Eurasia Daily Monitor’s Top 11 of 2011

Russian ordered Mistral Amphibious Assault Ship
By Pavel Felgenhauer, May 12th
More than 20,000 servicemen marched on Red Square in Moscow on May 9, to commemorate victory in the Great Patriot War—9,000 more than on the same day in 2010. The amount of military hardware that rolled by the stands was smaller, however (106 pieces instead of 159 in 2010). On May 9, 2010 there was a flyby over Red Square involving 127 military aircraft. This year the flyby was reduced to five transport Mi-8 helicopters carrying the Russian national flag and the colors of the branches of the armed forces. The servicemen marched in “no thrills” field uniforms, and no new weapons were displayed (Interfax, May 6). The present day Russian military is indeed a pale shadow of the once awesome Red Army of the Cold War era.
By Roman Muzalevsky, February 16th
As Central Asia opened up to the rest of the world after the collapse of the Soviet Union opportunities have emerged for the regional countries to build links with Europe, South-East Asia, and the Middle East. This has proved to be significant in the development of cross-regional energy and transport corridors. These “bridge” initiatives serve to strengthen the sovereignty of the republics in the region that is often proclaimed by Russia to be a zone of its “privileged interests,” facilitating the development of economic and political linkages between countries and regions.
By Vladimir Socor, January 21st
The Russian Navy plans to increase its presence on Ukrainian territory by adding urban infrastructure and civilian manpower to its naval assets in Sevastopol. The command of Russia’s Black Sea Fleet intends to build a housing estate (“mikrorayon”) for 20,000 personnel of the fleet, their dependents, and civilian service providers to the Russian fleet in that city.
By Vladimir Socor, March 15th
US Vice-President, Joseph Biden, paid a seven-hour flag-showing visit to Chisinau on March 11, on his return trip from Moscow to Washington. With this, Biden became the highest-ranking US official ever to visit Moldova during 20 years of the country’s independence. US policy toward Moldova has been replete with good intentions poorly executed, periodical gestures without continuity, and few deliverables beyond generous US economic assistance (both bilaterally and through the International Monetary Fund).
By Roger McDermott, August 2nd
Russian military manning, saddled with conscripts serving for twelve months and reduced numbers of contract personnel, continues to be subject to experiments. The latest, relates to a brigade in the North Caucasus, which will witness the preparation of “combat-ready” conscripts in a new training program lasting 90 days
By Mairbek Vatchagaev, June 16th
An incessant anti-terrorist operation to neutralize the members of the armed resistance has been carried out in the mountainous parts of Kabardino-Balkaria since February, 2011.  Forces from other regions of the Russian Federation had been redeployed there for this purpose as well. Unsurprisingly, the Russian Minster of Internal Affairs was forced to acknowledge in Nalchik that the armed resistance still had the ability to strike hard against the authorities, despite the death of their leaders.
By Roger McDermott, April 26th
Putin, during his marathon speech to the Duma on April 20, referred to ambitious plans to modernize the armed forces and specifically singled out the Navy as a key priority. Putin explained: “Speaking of defense-related issues once again, I would like to note that a large fund of about five trillion rubles ($178. 45 billion) is being allocated for restoring and expanding the Navy for the first time in contemporary Russian history. This is the amount set out in the state arms procurement program, which has now been adopted. In all, we plan to spend a staggering 20 trillion rubles ($713.8 billion) on its implementation.”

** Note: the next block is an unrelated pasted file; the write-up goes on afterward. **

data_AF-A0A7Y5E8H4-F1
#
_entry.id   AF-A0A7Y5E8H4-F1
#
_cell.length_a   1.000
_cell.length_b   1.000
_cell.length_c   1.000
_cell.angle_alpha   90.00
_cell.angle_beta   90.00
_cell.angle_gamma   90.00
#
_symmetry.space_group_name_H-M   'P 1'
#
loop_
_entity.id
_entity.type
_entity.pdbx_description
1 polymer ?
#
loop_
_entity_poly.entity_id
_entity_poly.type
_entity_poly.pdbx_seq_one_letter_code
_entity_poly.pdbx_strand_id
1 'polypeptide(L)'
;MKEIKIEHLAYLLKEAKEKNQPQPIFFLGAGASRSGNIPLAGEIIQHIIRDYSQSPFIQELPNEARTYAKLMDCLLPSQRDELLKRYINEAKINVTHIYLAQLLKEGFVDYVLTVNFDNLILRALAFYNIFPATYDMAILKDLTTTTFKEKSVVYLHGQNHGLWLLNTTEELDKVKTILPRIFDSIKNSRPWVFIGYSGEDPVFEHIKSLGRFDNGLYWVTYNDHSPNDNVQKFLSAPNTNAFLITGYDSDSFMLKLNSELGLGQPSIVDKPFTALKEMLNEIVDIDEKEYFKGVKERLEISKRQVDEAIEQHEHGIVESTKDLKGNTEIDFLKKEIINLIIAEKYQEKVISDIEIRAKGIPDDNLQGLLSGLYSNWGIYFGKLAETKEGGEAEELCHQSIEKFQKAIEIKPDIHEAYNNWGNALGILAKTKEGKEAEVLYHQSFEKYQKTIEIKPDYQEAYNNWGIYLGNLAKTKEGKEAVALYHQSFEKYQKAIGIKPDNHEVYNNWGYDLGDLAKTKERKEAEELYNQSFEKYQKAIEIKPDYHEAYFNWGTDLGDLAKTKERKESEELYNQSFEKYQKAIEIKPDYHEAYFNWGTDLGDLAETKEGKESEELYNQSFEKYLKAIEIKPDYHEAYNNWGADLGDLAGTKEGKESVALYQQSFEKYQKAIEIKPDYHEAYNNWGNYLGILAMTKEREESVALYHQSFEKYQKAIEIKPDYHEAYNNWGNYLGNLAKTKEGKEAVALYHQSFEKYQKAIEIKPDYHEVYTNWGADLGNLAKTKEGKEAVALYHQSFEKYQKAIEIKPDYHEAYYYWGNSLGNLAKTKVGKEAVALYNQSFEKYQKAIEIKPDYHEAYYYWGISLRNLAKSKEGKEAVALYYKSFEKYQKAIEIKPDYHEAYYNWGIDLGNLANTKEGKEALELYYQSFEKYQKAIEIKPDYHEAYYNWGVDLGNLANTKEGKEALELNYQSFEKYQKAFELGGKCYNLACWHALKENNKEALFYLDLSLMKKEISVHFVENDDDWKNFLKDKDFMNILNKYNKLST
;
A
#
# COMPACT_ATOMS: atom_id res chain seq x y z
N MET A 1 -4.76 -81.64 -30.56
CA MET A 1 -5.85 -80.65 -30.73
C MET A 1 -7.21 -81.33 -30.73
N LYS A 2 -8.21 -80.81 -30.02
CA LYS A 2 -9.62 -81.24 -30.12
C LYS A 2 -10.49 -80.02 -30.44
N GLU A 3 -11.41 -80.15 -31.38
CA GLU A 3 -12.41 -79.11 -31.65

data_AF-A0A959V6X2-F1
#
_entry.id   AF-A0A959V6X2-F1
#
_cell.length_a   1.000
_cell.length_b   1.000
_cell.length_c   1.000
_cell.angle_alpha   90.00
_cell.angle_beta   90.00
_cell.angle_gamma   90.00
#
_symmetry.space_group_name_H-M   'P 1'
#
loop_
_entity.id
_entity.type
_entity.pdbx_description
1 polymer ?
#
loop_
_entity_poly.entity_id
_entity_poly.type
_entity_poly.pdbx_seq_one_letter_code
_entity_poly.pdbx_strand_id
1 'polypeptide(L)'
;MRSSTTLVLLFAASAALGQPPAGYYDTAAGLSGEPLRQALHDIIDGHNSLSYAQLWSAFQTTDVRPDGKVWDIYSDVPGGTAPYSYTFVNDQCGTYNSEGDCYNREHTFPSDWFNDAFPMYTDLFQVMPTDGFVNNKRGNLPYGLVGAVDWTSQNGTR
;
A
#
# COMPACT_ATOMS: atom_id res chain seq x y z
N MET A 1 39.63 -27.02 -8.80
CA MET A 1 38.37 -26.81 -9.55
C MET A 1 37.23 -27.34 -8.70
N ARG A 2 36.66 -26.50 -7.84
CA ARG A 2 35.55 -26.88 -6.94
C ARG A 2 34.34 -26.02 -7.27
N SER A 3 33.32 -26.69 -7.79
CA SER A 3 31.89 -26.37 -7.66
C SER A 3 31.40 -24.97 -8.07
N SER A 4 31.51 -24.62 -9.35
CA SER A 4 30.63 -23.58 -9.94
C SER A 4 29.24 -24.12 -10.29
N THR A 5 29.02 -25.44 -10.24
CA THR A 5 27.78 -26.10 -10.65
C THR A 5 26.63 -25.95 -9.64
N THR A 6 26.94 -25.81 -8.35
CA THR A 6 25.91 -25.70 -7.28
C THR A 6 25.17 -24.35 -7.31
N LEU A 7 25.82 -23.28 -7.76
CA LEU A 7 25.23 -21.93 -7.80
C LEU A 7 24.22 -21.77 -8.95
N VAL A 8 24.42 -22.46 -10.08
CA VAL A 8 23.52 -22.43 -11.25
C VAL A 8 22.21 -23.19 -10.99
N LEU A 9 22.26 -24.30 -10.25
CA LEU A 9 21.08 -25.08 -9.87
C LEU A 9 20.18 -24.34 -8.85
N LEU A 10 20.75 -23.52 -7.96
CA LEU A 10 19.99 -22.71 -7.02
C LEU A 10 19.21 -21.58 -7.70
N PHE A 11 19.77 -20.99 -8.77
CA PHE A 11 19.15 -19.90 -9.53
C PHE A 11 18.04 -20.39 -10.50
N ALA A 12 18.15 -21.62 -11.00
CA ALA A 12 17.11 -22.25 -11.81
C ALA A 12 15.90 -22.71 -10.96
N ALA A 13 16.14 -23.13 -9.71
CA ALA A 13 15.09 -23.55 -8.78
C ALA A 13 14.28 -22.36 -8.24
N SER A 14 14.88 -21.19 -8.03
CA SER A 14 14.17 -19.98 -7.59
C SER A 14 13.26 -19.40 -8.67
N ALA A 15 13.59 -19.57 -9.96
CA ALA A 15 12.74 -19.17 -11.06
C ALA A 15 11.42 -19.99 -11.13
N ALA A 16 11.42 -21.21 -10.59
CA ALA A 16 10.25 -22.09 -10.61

By Vladimir Socor, March 18th
In Spring 2011 Russia abandoned the Trans-Balkan  (Burgas-Alexandropoulos) oil pipeline project, which it had planned for more than a decade to form a transcontinental oil corridor, stretching from Kazakhstan to the Aegean Sea. The Kremlin also abandoned (in all but name) the South Stream gas pipeline project, designed to have stretched from the Black Sea into eight European countries.
By Pavel Felgenhauer, February 10th
The perceived US military and political threat clearly overwhelms strategic planners in Moscow and a convincing military deterrent is seen as the only credible answer. In Barack Obama’s White House, the START III treaty may be seen as an instrument to establish enduring trust and cooperation on sensitive issues with Russia. In Moscow START III is viewed as essentially a technical agreement to preserve a credible nuclear deterrent against the US by forcing the Pentagon to downsize its nuclear arsenal to help Russia maintain a balance and contain a dangerous opponent.
By Pavel K. Baev, October 24th
The poignant comment by John McCain that dictators all over the world “may be a little bit more nervous” after the death of Muammar Gaddafi has generated sharp resonance in Russia because the outspoken US Senator named Vladimir Putin among the dictators in question (Moskovsky Komsomolets, RBC Daily, October 21).
By Saban Kardas, March 4th
Turkey pursued a policy over the popular uprising in Libya reflecting the investment and business ties it had developed with Libya. More importantly, Turkey’s position in the ongoing debate concerning the involvement of the international community in the form of sanctions or possible military intervention increasingly sets Turkey apart from Western policy.